• “The Sinner’s Prayer.” This term didn’t come around until the 19th century. There is a strong principle of genuine conversion in Scripture, but the idea of leading someone to Christ by leading them in prayer is a very new concept.

Then, of course, there is the Christian-ese lingo we use, where lots of those terms are found in the Bible, but we’ve lost the depths of meaning by making them into catch-phrases…things like “anointed”, “blessed”, “hallelujah”, “glory”…things like that. In this case, we’re talking according to the Bible, but our usage of the words lessens the value.

So what else do we Christians say or do that’s not in the Bible?

April 16, 2010

April 10, 2010

Currently Reading: Reborn To Be Wild

It was 11:30 PM Thursday, I was getting into bed when I suddenly remembered that about twelve hours previously, I had received a delivery — a white cardboard box — which I had never got around to opening.   I knew it contained books from David C. Cook, but decided to walk back to the living room to open the package.

The book that caught my eye was Reborn to be Wild: Reviving Our Radical Pursuit of Jesus. I had never heard of Ed Underwood.   Never heard of the book.

The back cover offered this question:

Why did the Jesus Movement stop moving?

I was hooked.  By midnight I was about 50 pages in, and I was up early on Friday morning to squeeze in another 50 pages before heading out of town.

Underwood was part of the Jesus People scene in California.   No not that Jesus People scene in 1972.   He was there for the earlier grassroots events that sparked the whole thing in the late ’60s, 1968 in particular.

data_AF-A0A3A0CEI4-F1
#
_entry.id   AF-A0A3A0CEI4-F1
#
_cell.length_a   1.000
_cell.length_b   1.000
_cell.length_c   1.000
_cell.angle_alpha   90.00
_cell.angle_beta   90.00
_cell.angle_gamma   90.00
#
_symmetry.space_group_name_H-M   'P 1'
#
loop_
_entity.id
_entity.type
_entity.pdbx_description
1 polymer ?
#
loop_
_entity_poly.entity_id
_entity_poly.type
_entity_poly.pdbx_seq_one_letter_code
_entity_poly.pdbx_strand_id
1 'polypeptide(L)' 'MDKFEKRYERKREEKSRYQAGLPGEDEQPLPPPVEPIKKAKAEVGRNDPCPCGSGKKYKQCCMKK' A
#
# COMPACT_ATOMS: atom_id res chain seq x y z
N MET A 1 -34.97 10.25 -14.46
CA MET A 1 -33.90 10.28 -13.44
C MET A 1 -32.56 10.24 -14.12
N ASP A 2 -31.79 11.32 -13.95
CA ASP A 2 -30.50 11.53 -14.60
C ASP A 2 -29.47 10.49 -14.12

He tells his story.  But he weaves lots of good scripture into his text. It’s a book that is autobiographical in nature.   It’s a book that has teaching as a primary goal.

And I’m hooked.  And this isn’t even the book review I’ve yet to do when I’ve covered the next 200 or so pages.    Here’s a sample:

Picturing Revival

One sentence inside the story of Paul’s work in Ephesus describes its impact in words I would use to tell people what happened in the Jesus Movement.  “And this continued for two years so that all who dwelt in Asia heard the word of the Lord Jesus.”  (Acts 19:10a)

Nowhere in the entire Bible is there another report of the love and knowledge of Christ growing so quickly and deeply into a culture.  In only two years everyone living in the Roman province of Asia — today’s Asia Minor — had heard the word of the Lord Jesus.   It’s amazing to me that most of the people who speak in order to help us understand God’s Word, try to explain it away.